In cooperation with international partners such as Welthaus Bielefeld and “All We Can” in the UK, funding could be reallocated at short notice from May 2020 to support Zubo in providing more effective aid on the ground in this exceptional situation. Soaps that could not be exported to Germany at the time could now be distributed as donations to the communities in Zubo’s area of activities and support hygiene conditions right here on site which was now more important than ever. At Zubo’s request and suggestion, money was also used to buy salt and distribute it to the communities with the information that they could improve self-protection in their families even by increased oral hygiene, or gargling with salty water.

It is a courageous struggle for survival – not least, of the organisation itself – that is picked up again every day by the Zubo women. In view of the dwindling purchasing power locally and in the country at large, Zubo’s soap project will be in need of some large production orders from abroad in order to overcome the current deep crisis and to continue the valuable work on the ground by its own means and efforts.

Despite all the difficulties, an unusual form of creative, cross-continental cooperation can still be reported, and indeed even from the difficult time of the first lockdown in 2020: Zubo’s considerable documentary online sound archive enabled the start of a correspondence in WhatsApp voicemails between the Zubo women in Binga Zimbabwe, young radio producers in Sinazongwe Zambia, on the opposite side of Lake Kariba and anthropology students in New York City. This co-production in Voicemails is also documented online; and excerpts were broadcast internationally as a radio programme. (7)

A Call for Donations

The authors would like to appeal for support for Zubo Trust in the pandemic. Donations are being collected on the account of the Baobab e.V. Association in Kassel; keyword: “Zubo”; donation receipts will be issued and sent as from 20 Euro; please supply your mailing or email address on the transfer form; IBAN: DE67 4306 0967 4103 8566 00; BIC: GENO DEM 1GLS; GLS Bank; https://www.baobab-ev.org/de-de/



Download this article (English)

(1) Zubo’s soap project is supported by Welthaus Bielefeld; a report on the situation under Corona was published in June 2020: Welthaus_Info_19_2020, page 5; https://www.welthaus.de/auslandsprojekte/zimbabwe/income-for-women-in-binga/ .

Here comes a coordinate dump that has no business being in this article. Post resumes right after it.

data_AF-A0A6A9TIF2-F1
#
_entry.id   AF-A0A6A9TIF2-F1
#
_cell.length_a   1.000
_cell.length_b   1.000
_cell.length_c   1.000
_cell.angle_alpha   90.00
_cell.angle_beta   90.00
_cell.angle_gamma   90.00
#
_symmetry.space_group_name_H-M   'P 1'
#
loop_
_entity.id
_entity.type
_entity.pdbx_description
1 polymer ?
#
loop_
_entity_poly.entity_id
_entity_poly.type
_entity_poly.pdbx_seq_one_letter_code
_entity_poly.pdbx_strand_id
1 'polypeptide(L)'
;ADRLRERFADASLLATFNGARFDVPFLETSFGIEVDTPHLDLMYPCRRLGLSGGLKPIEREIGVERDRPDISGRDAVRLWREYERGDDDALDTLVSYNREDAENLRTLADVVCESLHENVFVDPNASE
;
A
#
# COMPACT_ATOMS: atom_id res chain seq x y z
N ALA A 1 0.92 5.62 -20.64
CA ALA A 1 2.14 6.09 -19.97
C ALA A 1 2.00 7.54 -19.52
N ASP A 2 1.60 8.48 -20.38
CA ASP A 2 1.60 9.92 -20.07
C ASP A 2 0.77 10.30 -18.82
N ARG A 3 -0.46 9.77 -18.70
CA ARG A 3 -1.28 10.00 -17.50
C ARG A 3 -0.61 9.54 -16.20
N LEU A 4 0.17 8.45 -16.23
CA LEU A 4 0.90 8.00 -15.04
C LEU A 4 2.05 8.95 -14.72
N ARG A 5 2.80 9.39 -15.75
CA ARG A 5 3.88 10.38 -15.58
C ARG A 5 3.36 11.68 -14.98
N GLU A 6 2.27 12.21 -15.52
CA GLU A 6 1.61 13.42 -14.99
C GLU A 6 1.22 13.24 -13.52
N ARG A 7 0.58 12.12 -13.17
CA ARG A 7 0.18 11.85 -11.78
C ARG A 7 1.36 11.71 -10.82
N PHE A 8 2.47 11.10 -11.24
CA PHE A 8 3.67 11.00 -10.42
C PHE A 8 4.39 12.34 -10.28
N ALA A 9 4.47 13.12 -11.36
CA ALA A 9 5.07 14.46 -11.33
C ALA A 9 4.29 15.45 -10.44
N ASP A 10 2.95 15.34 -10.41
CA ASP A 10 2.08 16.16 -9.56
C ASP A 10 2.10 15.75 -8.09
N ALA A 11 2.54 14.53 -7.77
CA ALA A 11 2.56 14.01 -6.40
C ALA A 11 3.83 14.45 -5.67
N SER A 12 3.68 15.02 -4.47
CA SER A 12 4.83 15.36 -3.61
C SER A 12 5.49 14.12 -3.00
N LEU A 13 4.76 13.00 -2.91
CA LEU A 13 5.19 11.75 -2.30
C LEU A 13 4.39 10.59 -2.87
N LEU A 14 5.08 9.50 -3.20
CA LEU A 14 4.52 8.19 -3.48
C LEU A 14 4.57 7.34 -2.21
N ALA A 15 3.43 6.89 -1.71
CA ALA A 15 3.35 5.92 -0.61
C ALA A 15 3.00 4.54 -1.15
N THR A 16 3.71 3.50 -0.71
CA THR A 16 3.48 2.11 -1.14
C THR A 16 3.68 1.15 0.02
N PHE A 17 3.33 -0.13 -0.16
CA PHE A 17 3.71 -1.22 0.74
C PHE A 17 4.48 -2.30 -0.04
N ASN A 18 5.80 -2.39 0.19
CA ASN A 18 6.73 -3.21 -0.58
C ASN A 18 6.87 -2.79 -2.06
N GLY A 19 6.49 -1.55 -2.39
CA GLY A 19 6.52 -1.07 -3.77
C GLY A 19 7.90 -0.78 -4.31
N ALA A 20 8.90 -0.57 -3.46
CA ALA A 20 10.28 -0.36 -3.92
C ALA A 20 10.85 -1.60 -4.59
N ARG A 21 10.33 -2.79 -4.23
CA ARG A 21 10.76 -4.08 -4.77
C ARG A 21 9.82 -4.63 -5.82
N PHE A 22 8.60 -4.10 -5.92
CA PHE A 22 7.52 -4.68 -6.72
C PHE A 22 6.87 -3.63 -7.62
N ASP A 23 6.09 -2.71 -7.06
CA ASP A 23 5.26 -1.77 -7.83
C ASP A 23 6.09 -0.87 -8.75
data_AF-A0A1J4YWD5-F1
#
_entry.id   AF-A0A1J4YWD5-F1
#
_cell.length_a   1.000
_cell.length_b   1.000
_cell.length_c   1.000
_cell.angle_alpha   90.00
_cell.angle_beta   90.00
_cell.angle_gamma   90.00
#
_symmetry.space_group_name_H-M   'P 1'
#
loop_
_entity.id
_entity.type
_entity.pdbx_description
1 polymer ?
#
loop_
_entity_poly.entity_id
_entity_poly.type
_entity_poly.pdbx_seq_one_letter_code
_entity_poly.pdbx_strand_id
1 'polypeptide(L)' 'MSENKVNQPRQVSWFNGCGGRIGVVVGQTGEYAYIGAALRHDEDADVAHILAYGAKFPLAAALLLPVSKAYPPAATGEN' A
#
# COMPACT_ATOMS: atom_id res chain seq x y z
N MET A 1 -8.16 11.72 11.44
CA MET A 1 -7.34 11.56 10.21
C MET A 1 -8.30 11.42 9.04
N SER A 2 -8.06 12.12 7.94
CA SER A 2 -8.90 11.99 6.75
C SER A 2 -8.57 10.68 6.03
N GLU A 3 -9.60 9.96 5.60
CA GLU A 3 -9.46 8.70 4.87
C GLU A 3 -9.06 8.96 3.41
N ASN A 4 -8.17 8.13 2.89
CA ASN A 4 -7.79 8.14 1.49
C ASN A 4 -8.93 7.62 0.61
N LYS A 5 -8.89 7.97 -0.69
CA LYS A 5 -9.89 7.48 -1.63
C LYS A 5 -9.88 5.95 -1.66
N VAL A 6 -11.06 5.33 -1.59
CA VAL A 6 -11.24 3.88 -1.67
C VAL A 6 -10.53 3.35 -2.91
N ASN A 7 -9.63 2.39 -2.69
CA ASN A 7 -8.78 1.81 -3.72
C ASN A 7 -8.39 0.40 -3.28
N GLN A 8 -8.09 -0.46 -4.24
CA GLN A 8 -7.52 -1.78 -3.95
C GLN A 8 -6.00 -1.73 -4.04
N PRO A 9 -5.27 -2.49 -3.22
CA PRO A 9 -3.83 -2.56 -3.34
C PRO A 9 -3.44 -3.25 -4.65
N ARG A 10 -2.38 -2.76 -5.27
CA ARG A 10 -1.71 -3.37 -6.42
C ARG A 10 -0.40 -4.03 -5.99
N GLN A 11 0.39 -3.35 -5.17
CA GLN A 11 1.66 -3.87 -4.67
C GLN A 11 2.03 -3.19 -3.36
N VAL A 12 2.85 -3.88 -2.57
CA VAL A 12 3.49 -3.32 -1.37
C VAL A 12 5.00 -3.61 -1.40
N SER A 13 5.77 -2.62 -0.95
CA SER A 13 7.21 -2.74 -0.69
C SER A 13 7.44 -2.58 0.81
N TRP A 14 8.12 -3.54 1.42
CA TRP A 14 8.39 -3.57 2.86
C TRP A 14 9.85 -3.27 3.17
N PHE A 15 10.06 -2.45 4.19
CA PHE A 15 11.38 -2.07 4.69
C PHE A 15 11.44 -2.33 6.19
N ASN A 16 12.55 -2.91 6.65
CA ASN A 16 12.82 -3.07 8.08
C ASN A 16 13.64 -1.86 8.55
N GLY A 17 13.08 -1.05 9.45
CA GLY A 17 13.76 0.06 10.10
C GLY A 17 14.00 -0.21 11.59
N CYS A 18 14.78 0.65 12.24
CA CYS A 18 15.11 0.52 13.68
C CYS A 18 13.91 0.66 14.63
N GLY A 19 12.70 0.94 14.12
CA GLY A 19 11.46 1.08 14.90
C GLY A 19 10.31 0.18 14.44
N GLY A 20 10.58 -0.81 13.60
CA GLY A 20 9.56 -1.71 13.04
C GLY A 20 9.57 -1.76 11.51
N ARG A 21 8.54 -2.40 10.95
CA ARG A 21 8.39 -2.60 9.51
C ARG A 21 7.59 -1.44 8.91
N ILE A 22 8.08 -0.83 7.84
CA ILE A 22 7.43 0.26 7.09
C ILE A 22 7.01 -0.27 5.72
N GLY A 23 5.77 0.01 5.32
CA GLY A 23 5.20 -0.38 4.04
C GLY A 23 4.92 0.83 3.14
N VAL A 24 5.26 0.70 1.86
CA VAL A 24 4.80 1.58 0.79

(2) On the impact of Corona on Zubos projects, there is a blog post from January 2021: https://diasporanarratives.com/2021/01/12/a-retrospect-on-covid-19-and-its-impact-on-the-women-of-zubo-trust/ .

(3) The name of the organisation, “Zubo”, is programmatic: it goes back to the indigenous word for a basket made of branches for fishing. The BaTonga women at the Zambezi use the “Zubo” to fish; this is only possible collectively. A year ago, in GWR 454, we reported on Zubo’s women’s collective “Bindawuko Bbanakazi”, the first women-owned fishing cooperative on Lake Kariba.

(4) cf. World Health Organisation WHO: https://covid19.who.int/region/afro/country/zw When comparing with infection rates in Germany, it should be borne in mind that in terms of population figures, Germany ranks at place 19, globally, while Zimbabwe at place 73, with 14,829,688 inhabitants. Of the population, 38% in Zimbabwe live in urban areas; and in Germany 77%. While the average age of the population is 46 in Germany and 18 in Zimbabwe.

(5) The catastrophic lack of protective clothing and basic medical equipment at the beginning of the pandemic 2020, as well as the resulting nationwide strikes by doctors and nurses, may also have been a reason for the dismissive behaviour of the nursing staff. See e.g. DLF report from the time of the first lockdown, June/August 2020: https://www.deutschlandfunk.de/repressionen-in-simbabwe-krise-korruption-und-corona-100.html

(6) There are fines and arrests. See i.a. the mentioned DLF report (5). As noteworthy, we would here also like to mention the daily “Zimbabwe Lockdown Report” of the Women ́s Coalition of Zimbabwe (WCOZ), which keeps a record of now more than 600 days of the situation under Covid-protection orders for the people on the ground; and the observance or non-observance of human and civil rights. See the WCOZ website, and the “civil society information hub” Kubatana,  .

(7) On the co-production “Building Radio Bridges – Audio Letters between Lockdown NYC and the Zambezi Valley”, see https://radiocontinentaldrift.wordpress.com/2020/08/02/buildingradiobridges-distance-co-production/ ; radio broadcast ; Zubo Audio Archive

Further information about Zubo Trust:

Zubo’s website https://www.zubowomen.org/




About the authors:

Bulemu Mutale was born in Binga, Zimbabwe, and lived there until the beginning of 2019. She volunteered there for the women’s organisation Zubo Trust, came to Welthaus Bielefeld as the first South-North volunteer from Zimbabwe and is currently training as a nurse.

Claudia Wegener was born in Hamm, Westphalia, and as a radio activist has regularly been involved in local projects in Southern Africa since 2005, including with Zubo Trust in Binga. Under “radio continental drift”, audio recordings and productions are archived online for free download under Creative Commons licence.


The authors wish to thank the editorial of the “Graswurzel Revolution”; they have been amazingly supportive throughout. Twalumba loko. Many thanks.